Cultures Of Exclusion – Encouraging Inclusion In The Workplace

BY Lily SiddiqiOctober 17, 2018

women wearing pink lipstick putting face through rip in pink wall

Formal and traditional office spaces and business cultures don’t promote inclusion. No matter how many initiatives you try, or quotas of positive discrimination you meet, the very structures can alienate and put off many people from getting involved. They can also prevent those who do make it through the doors from participating and contributing to the fullest extent.

So what’s the solution? Simply enacting diversity and inclusion quotas just won’t do. We need a revolution in approaches to what a workspace and working culture is, as well as how investors perceive businesses run for and by minorities. Workplace formalities are just that, nothing more, nothing less. They no longer evoke professionalism, they just create a mould that only a specific kind of person can fit, and I am sure you can imagine what kind of person I’m referring to…

Anyone outside of this ‘perfect person’ mould in these systems is actively having to change something in themselves or compensate for other parts of themselves to be included, and even then, they’ll face adversity, demeaning questions and assumptions. Just last month at our very own Fairer Funding Now event, our panel talked about some of the kinds of questions asked by VCs to female founders that they have come across: “Are you planning on having children?… “What does your husband think?”(?!)

TIME FOR REVOLUTION

Ok, I know what you’re thinking: the word revolution sounds kind of extreme, but that’s the kind of thing that Millennials are initiating as a generation. For so long, workplaces and institutions have ignored ‘real life’, creating a kind of mini alternate universe from that of people’s lives outside of work, or how they might think and feel outside of work. This results not only in burnout of people within the system, but also missed opportunities. These come either in the form of lack of diversity in business, or exclusion from mainstream structures within businesses and the tech ecosystem, and most importantly: unequal access to funding.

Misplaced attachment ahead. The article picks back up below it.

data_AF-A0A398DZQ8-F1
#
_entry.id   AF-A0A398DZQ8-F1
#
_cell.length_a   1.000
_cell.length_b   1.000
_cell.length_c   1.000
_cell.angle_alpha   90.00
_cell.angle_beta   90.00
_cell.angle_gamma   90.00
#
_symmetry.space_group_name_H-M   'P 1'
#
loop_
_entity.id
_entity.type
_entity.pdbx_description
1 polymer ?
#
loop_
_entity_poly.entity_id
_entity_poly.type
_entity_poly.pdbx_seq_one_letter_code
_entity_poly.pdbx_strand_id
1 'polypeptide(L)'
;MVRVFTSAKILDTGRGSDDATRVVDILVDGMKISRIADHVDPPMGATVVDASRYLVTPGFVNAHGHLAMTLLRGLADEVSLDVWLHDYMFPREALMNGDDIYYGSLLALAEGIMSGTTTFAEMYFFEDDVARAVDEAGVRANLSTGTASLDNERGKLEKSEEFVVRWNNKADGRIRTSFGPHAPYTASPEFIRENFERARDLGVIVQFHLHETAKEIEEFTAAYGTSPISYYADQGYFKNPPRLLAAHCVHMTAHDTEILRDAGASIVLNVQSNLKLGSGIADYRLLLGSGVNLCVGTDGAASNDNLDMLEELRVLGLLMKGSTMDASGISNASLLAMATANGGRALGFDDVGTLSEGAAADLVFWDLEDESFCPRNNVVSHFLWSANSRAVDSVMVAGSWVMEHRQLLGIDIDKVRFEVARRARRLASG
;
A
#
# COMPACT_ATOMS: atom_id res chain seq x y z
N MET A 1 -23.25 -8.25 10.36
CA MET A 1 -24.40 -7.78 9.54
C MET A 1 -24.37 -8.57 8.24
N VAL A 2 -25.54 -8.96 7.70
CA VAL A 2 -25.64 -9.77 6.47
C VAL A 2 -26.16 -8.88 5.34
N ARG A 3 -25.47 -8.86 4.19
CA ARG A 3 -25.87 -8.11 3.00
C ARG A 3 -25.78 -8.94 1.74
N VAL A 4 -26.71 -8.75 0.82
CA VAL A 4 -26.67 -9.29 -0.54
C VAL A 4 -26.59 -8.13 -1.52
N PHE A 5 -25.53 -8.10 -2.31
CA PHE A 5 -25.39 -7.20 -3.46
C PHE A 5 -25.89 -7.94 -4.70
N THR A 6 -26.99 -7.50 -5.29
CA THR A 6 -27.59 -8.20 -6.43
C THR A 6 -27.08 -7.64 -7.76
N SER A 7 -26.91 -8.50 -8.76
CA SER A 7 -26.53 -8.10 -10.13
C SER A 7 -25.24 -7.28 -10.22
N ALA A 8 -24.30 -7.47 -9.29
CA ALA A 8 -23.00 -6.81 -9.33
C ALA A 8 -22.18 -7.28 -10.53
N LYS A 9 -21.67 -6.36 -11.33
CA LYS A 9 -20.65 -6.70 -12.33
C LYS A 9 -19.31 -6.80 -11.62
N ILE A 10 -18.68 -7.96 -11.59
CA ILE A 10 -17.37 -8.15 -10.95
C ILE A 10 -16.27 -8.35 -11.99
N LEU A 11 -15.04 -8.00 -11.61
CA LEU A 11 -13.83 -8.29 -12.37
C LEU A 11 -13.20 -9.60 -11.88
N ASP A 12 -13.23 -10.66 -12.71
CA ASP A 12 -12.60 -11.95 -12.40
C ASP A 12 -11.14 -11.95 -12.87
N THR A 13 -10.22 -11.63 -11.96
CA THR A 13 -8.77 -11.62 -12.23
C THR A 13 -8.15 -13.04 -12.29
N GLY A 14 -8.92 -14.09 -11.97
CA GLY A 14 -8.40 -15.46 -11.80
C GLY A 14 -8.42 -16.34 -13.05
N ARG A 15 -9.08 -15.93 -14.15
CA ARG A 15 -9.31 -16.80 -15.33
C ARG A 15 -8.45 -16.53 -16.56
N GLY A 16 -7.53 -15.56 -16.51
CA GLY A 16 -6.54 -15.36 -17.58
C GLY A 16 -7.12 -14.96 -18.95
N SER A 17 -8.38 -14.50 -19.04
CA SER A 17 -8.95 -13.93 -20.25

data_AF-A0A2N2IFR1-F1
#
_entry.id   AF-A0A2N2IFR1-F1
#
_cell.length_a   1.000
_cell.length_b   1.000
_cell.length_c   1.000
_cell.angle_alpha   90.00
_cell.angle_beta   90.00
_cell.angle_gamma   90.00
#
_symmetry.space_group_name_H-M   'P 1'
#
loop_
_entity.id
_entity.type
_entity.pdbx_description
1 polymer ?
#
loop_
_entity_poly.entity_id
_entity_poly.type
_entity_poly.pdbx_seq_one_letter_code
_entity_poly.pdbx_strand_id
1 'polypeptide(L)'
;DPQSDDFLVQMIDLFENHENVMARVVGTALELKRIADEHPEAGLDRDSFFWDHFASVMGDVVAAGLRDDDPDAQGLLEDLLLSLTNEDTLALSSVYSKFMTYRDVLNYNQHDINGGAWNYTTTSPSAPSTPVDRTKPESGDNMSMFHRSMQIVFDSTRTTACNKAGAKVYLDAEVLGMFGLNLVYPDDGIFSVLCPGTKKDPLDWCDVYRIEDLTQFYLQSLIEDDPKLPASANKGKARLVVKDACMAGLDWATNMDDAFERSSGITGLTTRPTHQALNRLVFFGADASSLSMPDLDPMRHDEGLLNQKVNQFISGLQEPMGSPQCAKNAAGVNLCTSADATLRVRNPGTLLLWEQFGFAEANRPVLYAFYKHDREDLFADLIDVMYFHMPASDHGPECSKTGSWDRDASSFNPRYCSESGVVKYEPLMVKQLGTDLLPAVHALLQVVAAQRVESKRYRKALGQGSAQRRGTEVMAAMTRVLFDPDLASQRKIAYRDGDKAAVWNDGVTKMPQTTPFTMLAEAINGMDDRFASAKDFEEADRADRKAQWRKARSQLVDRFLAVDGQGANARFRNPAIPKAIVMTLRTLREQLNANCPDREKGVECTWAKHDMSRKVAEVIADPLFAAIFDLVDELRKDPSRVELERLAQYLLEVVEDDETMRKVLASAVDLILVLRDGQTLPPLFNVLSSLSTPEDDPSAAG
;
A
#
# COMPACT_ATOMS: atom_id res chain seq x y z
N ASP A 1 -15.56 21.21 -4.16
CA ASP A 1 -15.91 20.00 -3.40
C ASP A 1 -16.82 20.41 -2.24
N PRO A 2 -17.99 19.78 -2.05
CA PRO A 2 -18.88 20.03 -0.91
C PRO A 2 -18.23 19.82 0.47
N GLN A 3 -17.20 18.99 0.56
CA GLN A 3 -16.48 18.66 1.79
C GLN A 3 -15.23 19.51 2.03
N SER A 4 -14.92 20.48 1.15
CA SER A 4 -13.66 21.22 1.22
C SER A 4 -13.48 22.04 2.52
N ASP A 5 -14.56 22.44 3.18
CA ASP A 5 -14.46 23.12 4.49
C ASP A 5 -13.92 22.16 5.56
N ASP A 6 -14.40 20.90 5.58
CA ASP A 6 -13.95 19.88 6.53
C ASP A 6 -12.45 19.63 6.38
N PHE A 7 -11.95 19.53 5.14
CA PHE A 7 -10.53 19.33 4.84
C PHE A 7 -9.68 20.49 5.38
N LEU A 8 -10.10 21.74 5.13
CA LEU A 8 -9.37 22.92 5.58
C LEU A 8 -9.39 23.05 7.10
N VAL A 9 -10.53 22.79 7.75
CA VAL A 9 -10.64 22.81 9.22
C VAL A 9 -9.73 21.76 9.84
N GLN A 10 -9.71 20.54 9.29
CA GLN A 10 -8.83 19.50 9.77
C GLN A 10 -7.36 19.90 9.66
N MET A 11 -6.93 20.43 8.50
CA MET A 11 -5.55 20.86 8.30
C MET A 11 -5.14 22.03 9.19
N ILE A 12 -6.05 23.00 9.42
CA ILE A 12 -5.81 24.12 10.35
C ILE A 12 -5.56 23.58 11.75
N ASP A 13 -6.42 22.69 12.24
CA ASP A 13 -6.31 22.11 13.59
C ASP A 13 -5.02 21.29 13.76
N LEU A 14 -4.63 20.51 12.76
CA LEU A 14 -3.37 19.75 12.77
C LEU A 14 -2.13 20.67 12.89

Under these systems, hierarchies, or a culture of a “boys’ club” prevail and prevent any conversations outside of those modes of socialising and professional interaction (think all boys’ boarding school “banter” and corporate golfing “away days”). So when they say, “Of course, all are welcome to join us!”, they’re not changing the way they fundamentally interact to realistically accommodate that.

SO, WHAT DOES REVOLUTION ACTUALLY LOOK LIKE?

First – it literally looks different. Office spaces are becoming more informal and accommodating to the real lives of people, as opposed to some sort of workplace alter ego that people traditionally seemed expected to adopt.

1. No formal dress codes/ uniforms – People are increasingly able to express themselves through personal style, and therefore feel more welcome as themselves at work. Another plus of this is that there’s no status indicator. Anyone could be anyone, welcoming more horizontal collaboration.

2. Flexible desks! Cubicles? A thing of the past! Workspaces are modernising to keep people moving and encouraging new introductions and opportunities for development. Whether this is within an organisation or across a coworking space, this flexibility creates opportunities, opens dialogue and promotes workplace wellbeing.